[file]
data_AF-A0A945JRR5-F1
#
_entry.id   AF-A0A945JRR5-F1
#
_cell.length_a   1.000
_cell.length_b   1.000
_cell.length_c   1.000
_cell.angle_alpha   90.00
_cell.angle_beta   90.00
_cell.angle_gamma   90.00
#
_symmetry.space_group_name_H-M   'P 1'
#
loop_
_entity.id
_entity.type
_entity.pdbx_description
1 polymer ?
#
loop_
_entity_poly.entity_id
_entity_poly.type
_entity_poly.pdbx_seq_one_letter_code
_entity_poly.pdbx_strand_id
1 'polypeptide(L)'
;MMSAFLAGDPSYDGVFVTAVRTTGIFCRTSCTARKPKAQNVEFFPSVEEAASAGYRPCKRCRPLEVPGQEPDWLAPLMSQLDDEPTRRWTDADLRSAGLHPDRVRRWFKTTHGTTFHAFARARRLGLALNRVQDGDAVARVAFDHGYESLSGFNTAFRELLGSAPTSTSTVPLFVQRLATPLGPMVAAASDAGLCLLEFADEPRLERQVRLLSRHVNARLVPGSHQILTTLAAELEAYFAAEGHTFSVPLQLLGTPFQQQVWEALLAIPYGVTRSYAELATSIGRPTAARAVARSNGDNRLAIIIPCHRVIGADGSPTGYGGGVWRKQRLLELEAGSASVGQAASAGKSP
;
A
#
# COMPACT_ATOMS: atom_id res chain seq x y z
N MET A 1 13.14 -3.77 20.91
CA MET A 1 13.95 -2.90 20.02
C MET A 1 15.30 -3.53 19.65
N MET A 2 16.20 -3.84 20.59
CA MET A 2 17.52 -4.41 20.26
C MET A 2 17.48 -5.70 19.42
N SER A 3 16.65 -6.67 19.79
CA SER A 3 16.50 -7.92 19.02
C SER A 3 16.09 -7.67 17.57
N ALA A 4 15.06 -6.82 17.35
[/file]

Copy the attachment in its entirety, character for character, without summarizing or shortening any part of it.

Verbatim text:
data_AF-A0A945JRR5-F1
#
_entry.id   AF-A0A945JRR5-F1
#
_cell.length_a   1.000
_cell.length_b   1.000
_cell.length_c   1.000
_cell.angle_alpha   90.00
_cell.angle_beta   90.00
_cell.angle_gamma   90.00
#
_symmetry.space_group_name_H-M   'P 1'
#
loop_
_entity.id
_entity.type
_entity.pdbx_description
1 polymer ?
#
loop_
_entity_poly.entity_id
_entity_poly.type
_entity_poly.pdbx_seq_one_letter_code
_entity_poly.pdbx_strand_id
1 'polypeptide(L)'
;MMSAFLAGDPSYDGVFVTAVRTTGIFCRTSCTARKPKAQNVEFFPSVEEAASAGYRPCKRCRPLEVPGQEPDWLAPLMSQLDDEPTRRWTDADLRSAGLHPDRVRRWFKTTHGTTFHAFARARRLGLALNRVQDGDAVARVAFDHGYESLSGFNTAFRELLGSAPTSTSTVPLFVQRLATPLGPMVAAASDAGLCLLEFADEPRLERQVRLLSRHVNARLVPGSHQILTTLAAELEAYFAAEGHTFSVPLQLLGTPFQQQVWEALLAIPYGVTRSYAELATSIGRPTAARAVARSNGDNRLAIIIPCHRVIGADGSPTGYGGGVWRKQRLLELEAGSASVGQAASAGKSP
;
A
#
# COMPACT_ATOMS: atom_id res chain seq x y z
N MET A 1 13.14 -3.77 20.91
CA MET A 1 13.95 -2.90 20.02
C MET A 1 15.30 -3.53 19.65
N MET A 2 16.20 -3.84 20.59
CA MET A 2 17.52 -4.41 20.26
C MET A 2 17.48 -5.70 19.42
N SER A 3 16.65 -6.67 19.79
CA SER A 3 16.50 -7.92 19.02
C SER A 3 16.09 -7.67 17.57
N ALA A 4 15.06 -6.82 17.35